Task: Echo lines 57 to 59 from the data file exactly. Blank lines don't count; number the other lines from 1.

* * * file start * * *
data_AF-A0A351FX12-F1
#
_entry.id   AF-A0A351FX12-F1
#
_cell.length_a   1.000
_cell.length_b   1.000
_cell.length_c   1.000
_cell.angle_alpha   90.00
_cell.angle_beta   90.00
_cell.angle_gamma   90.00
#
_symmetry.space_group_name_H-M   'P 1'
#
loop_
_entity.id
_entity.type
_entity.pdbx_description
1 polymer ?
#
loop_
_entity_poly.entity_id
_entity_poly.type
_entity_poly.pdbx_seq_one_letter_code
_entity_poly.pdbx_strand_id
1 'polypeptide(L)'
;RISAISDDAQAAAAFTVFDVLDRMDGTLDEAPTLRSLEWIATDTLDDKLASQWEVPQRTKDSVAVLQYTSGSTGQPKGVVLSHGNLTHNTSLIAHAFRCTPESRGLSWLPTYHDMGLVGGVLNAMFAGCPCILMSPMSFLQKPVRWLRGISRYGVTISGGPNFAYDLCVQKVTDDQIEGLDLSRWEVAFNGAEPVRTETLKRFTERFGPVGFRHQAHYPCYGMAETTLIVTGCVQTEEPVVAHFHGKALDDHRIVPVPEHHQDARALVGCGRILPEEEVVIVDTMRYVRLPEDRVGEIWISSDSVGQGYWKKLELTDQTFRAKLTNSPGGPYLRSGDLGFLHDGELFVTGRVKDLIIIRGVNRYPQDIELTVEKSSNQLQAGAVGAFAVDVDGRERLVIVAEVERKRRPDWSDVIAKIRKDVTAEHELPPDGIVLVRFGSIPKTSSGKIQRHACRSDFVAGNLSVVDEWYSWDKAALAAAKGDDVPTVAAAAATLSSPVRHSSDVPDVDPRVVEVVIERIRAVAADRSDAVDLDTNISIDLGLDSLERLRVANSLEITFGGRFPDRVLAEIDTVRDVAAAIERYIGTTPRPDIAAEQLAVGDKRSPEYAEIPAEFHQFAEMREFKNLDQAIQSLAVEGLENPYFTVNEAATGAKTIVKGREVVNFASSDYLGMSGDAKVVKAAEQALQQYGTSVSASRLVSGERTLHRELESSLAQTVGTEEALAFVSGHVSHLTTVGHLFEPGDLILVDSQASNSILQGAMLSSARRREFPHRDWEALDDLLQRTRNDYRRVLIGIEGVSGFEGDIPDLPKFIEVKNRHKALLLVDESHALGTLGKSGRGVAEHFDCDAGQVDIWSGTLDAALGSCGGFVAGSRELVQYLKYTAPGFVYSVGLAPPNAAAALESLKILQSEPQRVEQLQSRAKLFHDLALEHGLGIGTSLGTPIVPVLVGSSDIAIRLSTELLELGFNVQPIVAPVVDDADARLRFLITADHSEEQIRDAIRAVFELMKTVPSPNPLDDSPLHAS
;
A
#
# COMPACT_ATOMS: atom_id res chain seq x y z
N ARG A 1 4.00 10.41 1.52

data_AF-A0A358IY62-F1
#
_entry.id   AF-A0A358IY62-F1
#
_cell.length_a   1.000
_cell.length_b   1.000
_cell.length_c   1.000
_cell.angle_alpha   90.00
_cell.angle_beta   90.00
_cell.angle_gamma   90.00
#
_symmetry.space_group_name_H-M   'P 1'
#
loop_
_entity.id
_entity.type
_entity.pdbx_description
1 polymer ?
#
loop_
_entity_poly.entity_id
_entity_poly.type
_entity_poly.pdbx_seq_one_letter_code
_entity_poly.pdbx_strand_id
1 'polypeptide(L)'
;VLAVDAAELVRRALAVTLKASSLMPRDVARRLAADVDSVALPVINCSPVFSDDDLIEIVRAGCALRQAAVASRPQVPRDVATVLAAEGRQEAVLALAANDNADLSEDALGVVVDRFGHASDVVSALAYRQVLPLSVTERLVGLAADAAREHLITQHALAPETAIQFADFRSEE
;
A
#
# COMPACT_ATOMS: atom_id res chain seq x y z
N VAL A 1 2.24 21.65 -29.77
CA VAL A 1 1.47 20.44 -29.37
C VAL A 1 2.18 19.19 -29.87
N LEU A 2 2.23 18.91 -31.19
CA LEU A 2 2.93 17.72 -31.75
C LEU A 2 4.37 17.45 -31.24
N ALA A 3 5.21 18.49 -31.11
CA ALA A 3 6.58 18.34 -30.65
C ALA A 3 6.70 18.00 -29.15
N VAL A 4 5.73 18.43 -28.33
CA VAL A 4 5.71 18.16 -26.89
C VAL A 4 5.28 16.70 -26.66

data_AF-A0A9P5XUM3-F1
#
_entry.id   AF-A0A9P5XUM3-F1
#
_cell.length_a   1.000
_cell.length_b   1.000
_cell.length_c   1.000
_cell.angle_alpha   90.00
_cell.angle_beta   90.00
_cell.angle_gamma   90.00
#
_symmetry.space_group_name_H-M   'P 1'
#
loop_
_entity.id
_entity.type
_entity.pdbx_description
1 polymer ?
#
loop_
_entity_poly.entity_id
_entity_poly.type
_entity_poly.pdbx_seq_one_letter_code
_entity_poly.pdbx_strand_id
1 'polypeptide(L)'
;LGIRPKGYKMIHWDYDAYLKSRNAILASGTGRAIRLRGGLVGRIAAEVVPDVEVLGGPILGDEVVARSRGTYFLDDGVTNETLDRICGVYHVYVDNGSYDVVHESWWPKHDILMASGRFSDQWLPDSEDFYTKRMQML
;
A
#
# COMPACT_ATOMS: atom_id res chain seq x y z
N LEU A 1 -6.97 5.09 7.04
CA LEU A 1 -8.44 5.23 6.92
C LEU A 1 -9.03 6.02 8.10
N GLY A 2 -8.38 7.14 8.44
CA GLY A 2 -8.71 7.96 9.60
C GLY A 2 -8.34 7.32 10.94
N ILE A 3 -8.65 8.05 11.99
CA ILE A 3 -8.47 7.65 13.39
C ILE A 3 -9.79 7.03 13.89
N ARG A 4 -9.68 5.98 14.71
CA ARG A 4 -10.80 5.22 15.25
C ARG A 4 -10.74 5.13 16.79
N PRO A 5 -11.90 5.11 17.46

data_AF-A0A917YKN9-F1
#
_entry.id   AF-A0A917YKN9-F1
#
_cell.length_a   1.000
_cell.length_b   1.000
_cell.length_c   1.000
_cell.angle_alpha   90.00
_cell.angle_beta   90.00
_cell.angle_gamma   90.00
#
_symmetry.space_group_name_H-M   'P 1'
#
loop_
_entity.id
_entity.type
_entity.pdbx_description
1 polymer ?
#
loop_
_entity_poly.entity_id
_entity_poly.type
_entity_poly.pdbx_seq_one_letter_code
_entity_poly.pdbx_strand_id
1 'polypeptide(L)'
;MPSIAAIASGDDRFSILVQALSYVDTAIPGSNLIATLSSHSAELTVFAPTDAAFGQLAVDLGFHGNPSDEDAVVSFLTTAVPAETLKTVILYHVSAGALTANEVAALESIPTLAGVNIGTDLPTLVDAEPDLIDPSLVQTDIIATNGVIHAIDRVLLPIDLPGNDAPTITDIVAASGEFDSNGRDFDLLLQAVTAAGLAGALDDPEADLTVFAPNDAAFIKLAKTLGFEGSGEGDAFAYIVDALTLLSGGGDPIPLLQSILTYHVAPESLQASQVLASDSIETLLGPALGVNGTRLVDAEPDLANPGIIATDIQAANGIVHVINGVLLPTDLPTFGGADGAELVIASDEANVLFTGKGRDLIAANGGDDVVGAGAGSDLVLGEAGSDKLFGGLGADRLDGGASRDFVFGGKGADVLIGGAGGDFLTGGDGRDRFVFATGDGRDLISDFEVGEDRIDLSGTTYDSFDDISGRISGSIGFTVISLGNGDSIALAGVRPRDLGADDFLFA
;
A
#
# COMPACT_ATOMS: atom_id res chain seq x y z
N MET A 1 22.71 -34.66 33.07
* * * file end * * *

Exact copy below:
;VLAVDAAELVRRALAVTLKASSLMPRDVARRLAADVDSVALPVINCSPVFSDDDLIEIVRAGCALRQAAVASRPQVPRDVATVLAAEGRQEAVLALAANDNADLSEDALGVVVDRFGHASDVVSALAYRQVLPLSVTERLVGLAADAAREHLITQHALAPETAIQFADFRSEE
;
A